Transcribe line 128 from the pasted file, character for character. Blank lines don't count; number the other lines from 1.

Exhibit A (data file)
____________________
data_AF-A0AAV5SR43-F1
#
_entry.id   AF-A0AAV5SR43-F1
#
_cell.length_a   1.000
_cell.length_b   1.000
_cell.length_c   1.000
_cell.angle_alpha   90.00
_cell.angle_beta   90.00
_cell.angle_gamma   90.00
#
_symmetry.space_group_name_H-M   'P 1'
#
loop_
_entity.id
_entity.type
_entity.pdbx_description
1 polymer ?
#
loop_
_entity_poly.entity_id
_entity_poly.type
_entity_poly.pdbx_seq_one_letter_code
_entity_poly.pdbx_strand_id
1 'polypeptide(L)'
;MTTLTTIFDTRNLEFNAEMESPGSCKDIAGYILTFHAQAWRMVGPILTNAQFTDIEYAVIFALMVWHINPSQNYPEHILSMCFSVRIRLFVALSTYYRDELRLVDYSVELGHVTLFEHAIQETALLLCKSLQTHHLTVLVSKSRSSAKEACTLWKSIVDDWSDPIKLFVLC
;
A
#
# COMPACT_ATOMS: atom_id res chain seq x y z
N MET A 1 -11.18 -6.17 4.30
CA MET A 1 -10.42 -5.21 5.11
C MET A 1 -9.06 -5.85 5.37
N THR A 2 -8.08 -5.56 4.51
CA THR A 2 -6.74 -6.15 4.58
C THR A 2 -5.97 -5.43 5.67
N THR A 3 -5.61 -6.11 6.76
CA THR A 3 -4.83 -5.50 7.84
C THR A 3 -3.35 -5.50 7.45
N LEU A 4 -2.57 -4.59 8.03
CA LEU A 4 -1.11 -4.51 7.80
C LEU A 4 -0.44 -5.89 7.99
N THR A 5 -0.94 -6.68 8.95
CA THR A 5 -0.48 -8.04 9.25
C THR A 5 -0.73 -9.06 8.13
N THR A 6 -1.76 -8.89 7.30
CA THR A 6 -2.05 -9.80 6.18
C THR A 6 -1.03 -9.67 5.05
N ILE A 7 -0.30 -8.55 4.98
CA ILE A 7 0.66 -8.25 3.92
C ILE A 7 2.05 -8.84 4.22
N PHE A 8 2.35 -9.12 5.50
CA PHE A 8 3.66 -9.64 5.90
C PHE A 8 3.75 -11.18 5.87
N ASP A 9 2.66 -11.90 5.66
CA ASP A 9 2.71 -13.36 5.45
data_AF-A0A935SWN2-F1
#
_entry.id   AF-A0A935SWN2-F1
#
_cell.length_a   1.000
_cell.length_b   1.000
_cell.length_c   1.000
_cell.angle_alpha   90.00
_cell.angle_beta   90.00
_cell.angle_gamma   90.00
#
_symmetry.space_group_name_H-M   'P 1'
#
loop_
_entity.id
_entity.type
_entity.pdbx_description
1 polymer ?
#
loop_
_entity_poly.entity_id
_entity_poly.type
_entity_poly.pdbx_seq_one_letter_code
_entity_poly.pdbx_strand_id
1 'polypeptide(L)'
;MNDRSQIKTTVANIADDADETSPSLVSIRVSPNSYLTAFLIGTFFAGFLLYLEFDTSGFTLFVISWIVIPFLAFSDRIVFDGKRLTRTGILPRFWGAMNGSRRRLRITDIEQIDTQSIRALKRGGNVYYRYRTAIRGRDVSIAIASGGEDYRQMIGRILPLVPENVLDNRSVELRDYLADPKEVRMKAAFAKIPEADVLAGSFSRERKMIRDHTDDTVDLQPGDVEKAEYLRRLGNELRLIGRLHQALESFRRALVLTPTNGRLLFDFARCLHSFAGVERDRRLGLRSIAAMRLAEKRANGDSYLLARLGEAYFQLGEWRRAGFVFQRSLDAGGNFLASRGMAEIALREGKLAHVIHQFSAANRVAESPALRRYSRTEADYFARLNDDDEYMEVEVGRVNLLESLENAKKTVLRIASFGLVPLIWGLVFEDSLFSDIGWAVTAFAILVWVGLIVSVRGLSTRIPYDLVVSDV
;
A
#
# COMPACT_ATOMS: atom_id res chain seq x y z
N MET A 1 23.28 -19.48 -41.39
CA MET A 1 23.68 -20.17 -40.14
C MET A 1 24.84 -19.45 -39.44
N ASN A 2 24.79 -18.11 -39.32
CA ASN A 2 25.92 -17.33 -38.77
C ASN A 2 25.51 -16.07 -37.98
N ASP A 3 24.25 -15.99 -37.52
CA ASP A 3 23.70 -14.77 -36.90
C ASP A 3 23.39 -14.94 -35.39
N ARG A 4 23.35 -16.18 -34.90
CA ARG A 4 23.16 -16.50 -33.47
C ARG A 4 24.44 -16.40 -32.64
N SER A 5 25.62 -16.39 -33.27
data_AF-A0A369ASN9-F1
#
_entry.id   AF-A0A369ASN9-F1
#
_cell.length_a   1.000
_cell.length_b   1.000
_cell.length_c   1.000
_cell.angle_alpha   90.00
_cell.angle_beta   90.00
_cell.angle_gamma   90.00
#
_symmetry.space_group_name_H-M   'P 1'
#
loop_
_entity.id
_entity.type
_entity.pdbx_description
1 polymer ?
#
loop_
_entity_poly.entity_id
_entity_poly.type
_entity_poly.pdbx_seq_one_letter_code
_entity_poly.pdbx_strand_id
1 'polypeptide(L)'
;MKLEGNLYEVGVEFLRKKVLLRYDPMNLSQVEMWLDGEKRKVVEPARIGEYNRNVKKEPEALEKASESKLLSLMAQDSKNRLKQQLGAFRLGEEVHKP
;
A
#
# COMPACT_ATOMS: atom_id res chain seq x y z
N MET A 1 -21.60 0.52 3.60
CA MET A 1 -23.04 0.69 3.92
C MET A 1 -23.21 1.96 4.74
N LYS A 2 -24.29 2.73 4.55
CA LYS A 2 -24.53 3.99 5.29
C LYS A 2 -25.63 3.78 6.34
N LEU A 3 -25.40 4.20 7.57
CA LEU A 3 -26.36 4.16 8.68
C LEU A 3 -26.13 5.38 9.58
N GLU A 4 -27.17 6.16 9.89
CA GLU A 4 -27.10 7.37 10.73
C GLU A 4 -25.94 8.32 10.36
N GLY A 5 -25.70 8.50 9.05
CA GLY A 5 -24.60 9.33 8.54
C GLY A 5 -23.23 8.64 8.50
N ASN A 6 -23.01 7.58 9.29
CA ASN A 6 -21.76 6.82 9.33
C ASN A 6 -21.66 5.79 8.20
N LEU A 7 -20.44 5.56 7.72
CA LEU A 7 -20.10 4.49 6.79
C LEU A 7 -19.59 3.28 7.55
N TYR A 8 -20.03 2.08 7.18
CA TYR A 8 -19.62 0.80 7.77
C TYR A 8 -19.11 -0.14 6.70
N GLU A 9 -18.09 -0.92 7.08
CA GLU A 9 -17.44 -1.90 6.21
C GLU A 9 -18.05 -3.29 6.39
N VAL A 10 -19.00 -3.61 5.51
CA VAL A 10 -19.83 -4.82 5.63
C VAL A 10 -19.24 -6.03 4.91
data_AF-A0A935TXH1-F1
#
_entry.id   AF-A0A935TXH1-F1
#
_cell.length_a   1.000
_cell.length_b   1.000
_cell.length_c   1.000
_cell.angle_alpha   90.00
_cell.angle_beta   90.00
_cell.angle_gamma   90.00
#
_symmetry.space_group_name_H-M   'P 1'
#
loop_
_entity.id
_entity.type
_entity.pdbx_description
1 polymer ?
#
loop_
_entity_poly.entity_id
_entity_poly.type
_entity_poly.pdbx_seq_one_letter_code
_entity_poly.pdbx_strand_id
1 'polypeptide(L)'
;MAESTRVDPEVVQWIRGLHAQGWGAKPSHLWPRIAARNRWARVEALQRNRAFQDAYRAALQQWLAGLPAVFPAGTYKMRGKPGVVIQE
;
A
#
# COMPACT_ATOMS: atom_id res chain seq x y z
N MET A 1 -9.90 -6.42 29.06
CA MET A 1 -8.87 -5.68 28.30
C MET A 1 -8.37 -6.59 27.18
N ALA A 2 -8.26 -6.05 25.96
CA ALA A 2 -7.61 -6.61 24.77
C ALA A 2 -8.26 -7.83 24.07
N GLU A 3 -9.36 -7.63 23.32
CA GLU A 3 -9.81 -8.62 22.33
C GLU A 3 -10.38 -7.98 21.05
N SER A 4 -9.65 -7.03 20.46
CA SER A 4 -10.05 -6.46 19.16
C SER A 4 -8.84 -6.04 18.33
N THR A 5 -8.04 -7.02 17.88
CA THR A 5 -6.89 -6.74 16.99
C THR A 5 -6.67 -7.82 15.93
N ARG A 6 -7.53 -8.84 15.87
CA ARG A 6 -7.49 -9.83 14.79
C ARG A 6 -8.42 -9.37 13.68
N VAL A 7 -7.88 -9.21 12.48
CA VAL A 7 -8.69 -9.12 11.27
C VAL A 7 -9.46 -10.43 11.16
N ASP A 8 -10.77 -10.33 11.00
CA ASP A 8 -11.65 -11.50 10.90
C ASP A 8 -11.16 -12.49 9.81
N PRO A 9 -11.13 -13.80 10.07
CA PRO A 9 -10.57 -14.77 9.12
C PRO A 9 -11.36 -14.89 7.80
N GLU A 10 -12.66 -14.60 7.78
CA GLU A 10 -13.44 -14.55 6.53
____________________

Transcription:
#